In the evening of February, 21, Volodymyr Balukh, the Ukrainian political prisoner, was transferred from the Krasnodar prison. The Crimean human rights group reported this on Facebook.
It is highly likely that Balukh is being transferred to a colony, although to which one - neither his relatives nor his lawyers - were not informed. The reasons for his transportation from the Kerch colony to the colony in Russia are also unknown. The Crimean human rights group claims that such actions by the Russian authorities violate not only the international humanitarian law but the law of the Russian Federation as well.
According to article 73 of the Penal Enforcement Code of the Russian Federation, the convicts are serving their sentences in penal institutions on the Russian Federation territories, where they had been living or were convicted. In some exceptional cases, the convicts can be transferred to another penalty institution, if the health condition demands, if it is the matter of personal safety or if the convicts give their agreements.
“Volodymyr Balukh has not given any permissions on transferring him to the Russian Federation. The health condition allows him to serve his sentence in Crimea, and the personal safety vice versa is more endangered during the transportation to Russia than it was on the Crimean territories,” the human right defenders stated.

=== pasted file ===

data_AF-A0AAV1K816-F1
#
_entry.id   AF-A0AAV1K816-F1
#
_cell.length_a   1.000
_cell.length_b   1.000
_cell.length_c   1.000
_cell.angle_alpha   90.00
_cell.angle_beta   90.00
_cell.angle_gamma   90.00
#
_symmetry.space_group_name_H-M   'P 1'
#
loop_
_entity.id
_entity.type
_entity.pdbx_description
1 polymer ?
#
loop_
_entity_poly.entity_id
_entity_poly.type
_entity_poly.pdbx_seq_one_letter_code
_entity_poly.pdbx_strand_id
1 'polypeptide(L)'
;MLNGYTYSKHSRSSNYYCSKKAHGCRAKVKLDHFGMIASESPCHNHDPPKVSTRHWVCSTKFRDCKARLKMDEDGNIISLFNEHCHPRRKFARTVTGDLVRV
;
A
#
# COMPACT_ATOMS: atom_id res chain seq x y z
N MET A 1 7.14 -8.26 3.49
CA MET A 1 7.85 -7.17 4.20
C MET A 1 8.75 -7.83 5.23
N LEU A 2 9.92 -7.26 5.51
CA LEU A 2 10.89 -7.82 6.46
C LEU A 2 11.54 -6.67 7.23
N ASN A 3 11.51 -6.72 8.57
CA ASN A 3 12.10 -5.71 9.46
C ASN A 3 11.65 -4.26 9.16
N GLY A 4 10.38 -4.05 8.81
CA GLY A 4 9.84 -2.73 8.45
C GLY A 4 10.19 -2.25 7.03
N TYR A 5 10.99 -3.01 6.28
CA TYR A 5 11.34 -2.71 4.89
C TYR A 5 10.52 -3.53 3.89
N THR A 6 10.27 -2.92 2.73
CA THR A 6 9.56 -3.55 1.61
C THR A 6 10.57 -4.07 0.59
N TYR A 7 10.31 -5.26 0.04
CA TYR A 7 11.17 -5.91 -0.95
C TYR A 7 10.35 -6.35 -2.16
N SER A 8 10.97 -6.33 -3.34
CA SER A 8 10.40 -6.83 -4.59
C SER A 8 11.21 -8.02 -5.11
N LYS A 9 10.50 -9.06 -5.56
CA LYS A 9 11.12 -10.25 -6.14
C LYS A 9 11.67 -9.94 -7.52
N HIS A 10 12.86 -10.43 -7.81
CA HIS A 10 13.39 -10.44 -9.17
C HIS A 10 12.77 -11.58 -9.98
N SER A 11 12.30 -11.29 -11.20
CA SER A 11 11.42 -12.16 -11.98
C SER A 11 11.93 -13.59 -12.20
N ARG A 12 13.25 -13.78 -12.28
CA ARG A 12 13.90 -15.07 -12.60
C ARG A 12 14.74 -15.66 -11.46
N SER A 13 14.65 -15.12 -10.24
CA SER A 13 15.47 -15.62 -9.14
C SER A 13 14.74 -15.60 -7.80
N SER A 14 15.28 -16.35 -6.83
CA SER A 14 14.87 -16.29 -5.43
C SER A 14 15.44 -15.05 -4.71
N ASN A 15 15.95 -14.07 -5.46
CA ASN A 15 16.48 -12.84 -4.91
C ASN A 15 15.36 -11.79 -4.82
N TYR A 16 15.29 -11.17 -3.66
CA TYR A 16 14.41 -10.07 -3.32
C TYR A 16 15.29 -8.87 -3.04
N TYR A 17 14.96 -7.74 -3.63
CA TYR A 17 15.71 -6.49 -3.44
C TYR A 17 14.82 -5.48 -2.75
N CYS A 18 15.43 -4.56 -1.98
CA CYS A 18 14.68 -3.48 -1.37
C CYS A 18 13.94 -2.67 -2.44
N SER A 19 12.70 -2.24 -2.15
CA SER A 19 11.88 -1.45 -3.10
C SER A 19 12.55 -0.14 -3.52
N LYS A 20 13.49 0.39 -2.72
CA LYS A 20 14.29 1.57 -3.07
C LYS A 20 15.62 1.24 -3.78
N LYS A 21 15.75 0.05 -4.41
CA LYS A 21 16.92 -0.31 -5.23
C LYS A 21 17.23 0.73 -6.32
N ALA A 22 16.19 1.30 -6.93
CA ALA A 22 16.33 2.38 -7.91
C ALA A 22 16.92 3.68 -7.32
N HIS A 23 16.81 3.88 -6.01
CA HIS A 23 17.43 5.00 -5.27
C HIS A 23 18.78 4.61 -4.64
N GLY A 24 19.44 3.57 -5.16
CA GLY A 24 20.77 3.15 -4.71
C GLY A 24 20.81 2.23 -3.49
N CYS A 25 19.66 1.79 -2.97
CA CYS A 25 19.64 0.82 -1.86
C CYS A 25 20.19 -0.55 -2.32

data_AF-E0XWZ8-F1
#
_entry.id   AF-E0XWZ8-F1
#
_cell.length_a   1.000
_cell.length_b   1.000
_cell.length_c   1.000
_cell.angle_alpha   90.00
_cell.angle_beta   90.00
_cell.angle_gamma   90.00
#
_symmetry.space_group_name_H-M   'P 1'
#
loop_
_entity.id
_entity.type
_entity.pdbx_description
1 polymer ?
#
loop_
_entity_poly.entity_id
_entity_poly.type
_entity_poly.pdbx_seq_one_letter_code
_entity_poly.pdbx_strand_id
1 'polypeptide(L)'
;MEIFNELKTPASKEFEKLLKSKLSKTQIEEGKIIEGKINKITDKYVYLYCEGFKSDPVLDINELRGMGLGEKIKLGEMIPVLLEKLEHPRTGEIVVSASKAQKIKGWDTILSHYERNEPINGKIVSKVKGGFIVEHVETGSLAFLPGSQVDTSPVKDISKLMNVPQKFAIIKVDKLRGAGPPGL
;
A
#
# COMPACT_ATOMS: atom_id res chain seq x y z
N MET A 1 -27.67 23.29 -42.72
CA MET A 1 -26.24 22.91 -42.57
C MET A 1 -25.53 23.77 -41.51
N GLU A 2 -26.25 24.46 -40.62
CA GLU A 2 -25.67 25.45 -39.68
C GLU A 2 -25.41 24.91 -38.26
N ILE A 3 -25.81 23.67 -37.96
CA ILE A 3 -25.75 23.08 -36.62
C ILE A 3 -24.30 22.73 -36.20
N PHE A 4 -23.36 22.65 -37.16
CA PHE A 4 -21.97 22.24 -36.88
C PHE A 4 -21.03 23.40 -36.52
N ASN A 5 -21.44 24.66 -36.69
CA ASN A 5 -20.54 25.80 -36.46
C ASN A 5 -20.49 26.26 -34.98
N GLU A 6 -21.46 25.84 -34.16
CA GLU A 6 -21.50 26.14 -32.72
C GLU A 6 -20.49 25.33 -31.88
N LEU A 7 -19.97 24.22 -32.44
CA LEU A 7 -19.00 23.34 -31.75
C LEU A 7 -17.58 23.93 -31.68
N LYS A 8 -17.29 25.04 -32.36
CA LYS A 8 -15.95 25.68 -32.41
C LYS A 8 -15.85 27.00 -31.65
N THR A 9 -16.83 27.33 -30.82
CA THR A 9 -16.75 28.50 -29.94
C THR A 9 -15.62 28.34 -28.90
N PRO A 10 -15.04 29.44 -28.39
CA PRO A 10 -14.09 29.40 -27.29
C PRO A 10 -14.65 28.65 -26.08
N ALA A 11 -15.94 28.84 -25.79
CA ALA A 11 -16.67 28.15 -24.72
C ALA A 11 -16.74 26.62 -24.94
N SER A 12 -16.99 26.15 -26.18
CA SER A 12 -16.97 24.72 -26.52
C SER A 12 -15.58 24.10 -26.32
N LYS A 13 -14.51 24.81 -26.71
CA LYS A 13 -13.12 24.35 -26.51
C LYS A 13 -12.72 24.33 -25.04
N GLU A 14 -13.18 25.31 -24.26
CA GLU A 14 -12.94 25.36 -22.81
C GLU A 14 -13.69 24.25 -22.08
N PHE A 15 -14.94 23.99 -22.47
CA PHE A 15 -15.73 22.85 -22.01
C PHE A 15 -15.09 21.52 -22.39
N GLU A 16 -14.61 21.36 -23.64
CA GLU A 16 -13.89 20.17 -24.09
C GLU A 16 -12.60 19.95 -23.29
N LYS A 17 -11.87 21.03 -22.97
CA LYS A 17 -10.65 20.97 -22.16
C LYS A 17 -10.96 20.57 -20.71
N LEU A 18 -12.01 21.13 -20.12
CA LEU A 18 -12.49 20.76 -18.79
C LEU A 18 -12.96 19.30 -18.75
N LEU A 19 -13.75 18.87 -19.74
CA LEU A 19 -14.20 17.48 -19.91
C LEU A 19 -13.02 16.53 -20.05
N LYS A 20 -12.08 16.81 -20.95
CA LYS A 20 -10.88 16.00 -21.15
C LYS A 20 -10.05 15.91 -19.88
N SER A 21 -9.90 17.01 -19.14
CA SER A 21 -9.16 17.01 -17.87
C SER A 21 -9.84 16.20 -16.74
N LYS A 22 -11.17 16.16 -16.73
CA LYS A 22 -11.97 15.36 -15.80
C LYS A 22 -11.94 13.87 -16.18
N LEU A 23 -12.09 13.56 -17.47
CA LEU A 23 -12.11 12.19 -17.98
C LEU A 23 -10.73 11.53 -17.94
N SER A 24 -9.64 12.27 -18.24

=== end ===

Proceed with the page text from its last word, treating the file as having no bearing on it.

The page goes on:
According to the Crimean human rights group, the transportation of Balukh also violates the article 49 VI of the Geneva Convention on the defense of the civil society during the war, which forbids transferring of citizens from the occupied territories to the territories of the occupant.
September 10, the Supreme Court of occupied Crimea controlled by the Kremlin did not grant the appeal of Volodymyr Balukh’s lawyer Olga Dinze on his conditional release. It was noted that the activist participated in the session through a video conference from the remand prison.
Balukh was arrested on December 8, 2016, nine days after he nailed a plaque renaming his home No. 18 “Heroes of Nebesna Sotnya St’ in memory of the over 100 Maidan activists who were killed during Euromaidan.
He had rejected demands from the head of the local council to remove it. During an irregular ‘search’ of his home, 90 bullets and several TNT explosive devices were allegedly ‘found’ in his attic.
The implausibility of the charges was just one of several compelling reasons why the renowned Memorial Human Rights Centre declared him a political prisoner well before the trial.